By this time Dr. Rothrock had been appointed the first Pennsylvania forestry commissioner. Wirt accepted the job of state forester, at which position he authored the first technical bulletin on forestry issued in Pennsylvania. In 1903, Wirt and Rothrock organized the opening of the Forest Academy at Mont Alto, Pennsylvania, of which Wirt was named the first director. Under Wirt's guidance, the academy operated as a higher ranger school and advanced to provide college-level courses of professional caliber only to the most deserving students. The Forest Academy later merged with the Department of Forestry of Pennsylvania State College.
Wirt married in 1907 and left the academy in 1910 to accept the job of forest inspector for the Department of Forestry at Harrisburg, Pennsylvania. During this time he supervised the newly-educated staff of foresters at work in portions of the State Forests. In 1913 the proposition of forest protection in the state was recognized as fundamental, and Wirt was assigned the job of drafting a forest protection law. It was presented to the legislature in 1915, and in the fall of that same year Wirt was made Chief Forest Fire Warden of Pennsylvania, a position he held until his retirement in 1946.
Wirt was known as the primary architect of the unified forest fire control structure for Pennsylvania, which became a model for many other state protection organizations. He solicited the appointment of 4,400 fire wardens and 30,000 crew members. Forest fire loss dropped from an average of half a million acres per year to about 25,000 acres a year in the period of Wirt's leadership. He was honored in 1928 with a monument erected in his name at Mont Alto and was awarded an honorary Master of Science degree from Juniata College. He was a fellow in the Society of American Foresters, served on a number of committee assignments, wrote many articles, and delivered many public lectures. He remained active in state and local conservation movements after his retirement. George H. Wirt died on 8 November 1961 in Camp Hill, Pennsylvania.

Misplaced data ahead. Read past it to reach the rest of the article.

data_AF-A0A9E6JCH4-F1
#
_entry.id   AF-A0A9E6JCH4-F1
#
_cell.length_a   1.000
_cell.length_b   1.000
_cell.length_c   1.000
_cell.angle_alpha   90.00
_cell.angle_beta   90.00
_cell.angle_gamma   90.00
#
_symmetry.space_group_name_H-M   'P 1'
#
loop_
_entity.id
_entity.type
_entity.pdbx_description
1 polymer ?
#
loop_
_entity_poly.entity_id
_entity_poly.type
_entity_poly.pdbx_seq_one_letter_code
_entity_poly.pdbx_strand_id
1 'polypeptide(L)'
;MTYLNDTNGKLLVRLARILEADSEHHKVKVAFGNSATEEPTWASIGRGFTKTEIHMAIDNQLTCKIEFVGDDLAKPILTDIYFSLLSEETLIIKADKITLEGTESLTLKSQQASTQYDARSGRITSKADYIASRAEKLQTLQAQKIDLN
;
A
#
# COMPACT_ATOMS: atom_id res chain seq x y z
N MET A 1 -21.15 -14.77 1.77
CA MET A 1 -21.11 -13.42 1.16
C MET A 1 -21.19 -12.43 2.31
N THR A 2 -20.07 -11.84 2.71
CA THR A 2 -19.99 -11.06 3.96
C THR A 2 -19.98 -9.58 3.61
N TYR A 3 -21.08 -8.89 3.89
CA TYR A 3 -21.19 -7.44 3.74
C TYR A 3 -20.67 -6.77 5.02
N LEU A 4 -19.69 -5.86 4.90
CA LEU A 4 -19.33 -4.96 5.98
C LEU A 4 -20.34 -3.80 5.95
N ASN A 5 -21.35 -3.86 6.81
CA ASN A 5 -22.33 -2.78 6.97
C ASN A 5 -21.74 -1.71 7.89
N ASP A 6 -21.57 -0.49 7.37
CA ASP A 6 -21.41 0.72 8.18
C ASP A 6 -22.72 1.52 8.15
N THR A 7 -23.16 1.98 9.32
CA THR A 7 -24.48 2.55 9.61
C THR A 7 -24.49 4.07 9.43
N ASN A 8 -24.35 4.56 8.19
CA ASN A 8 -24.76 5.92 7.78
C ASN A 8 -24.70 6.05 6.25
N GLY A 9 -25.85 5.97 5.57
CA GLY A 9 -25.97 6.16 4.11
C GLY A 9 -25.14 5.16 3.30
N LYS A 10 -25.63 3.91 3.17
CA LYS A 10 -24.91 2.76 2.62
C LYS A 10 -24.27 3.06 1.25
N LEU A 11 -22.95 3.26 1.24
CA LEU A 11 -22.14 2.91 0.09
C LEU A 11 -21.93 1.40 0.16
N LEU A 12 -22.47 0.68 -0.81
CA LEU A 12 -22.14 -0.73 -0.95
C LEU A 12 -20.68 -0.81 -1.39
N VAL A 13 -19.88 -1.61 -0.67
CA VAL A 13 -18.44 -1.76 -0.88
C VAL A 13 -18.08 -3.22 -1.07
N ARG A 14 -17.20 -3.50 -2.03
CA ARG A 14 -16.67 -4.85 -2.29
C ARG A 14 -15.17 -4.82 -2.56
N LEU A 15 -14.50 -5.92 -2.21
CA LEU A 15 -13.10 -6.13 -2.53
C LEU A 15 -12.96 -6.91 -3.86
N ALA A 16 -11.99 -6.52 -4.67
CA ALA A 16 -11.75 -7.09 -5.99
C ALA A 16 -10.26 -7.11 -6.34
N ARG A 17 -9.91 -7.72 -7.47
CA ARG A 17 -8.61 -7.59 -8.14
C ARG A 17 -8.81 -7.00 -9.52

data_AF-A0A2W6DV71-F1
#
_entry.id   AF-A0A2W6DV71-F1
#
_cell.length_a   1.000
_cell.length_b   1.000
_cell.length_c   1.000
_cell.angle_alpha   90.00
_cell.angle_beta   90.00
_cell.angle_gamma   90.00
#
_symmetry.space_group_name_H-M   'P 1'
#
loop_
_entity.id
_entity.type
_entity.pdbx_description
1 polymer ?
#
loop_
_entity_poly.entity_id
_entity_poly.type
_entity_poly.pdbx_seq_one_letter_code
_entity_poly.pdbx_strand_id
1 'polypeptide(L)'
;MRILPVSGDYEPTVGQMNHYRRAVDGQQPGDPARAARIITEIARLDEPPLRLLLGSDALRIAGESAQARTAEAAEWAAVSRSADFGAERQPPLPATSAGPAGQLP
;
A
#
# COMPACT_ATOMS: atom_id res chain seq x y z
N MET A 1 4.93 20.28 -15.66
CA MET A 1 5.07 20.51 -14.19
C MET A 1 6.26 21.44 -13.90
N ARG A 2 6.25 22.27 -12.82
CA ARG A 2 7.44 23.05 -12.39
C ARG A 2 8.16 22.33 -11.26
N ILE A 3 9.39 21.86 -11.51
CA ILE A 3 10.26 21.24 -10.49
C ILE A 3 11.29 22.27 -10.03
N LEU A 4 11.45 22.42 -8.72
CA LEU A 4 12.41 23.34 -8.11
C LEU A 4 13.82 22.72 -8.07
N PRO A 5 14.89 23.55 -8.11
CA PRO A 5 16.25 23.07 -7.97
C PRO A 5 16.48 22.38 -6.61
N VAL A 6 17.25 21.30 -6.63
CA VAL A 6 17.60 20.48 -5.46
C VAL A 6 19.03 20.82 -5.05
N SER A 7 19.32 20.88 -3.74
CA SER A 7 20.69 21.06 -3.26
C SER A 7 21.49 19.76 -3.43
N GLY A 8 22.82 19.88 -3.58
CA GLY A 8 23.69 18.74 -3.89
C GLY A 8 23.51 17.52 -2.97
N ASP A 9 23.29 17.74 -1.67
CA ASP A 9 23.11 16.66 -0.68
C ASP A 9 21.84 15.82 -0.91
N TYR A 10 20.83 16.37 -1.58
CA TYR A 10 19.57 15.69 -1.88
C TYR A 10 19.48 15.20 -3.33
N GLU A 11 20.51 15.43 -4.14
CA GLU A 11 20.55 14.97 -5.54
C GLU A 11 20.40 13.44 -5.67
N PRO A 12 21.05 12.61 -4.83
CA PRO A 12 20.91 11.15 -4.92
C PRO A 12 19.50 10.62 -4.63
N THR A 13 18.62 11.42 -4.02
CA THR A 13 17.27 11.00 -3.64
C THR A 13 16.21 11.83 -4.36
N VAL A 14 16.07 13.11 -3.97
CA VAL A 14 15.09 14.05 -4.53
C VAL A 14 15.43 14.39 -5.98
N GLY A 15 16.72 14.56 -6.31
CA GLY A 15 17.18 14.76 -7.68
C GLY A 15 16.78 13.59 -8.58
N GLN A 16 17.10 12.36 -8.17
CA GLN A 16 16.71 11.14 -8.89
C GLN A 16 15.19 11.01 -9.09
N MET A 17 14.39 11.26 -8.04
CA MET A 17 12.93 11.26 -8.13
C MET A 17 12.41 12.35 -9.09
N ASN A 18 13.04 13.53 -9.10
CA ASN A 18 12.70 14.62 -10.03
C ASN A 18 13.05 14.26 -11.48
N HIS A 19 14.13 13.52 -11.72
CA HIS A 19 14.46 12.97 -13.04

Note: The above biographical information about George H. Wirt was drawn from the following sources: (1) George H. Wirt, "Autobiography of and by George H. Wirt, Graduating from Biltmore Forest School in 1901," in The Biltmore Immortals, Biographies of 50 American Boys Graduating From the Biltmore Forest School Which Was the First School of American Forestry on American Soil, Volume I ([Darmstadt, Germany: L. C. Wittich, 1953]), pp. 310-314; and (2) "George R. [sic] Wirt (1880-1961),"Journal of Forestry 60 (January 1962): 60-61. [Obituary.]
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[Identification of item], Early Forestry Education in North Carolina Oral History Interviews, Library and Archives, Forest History Society, Durham, NC, USA.
Processed by Elizabeth Arnold, March 2002
Encoded by Amanda Ross, March 2009
Funding from the National Historical Publications and Records Commission supported the encoding of this finding aid. Support for digitization and outreach provided by the Alvin J. Huss Endowment.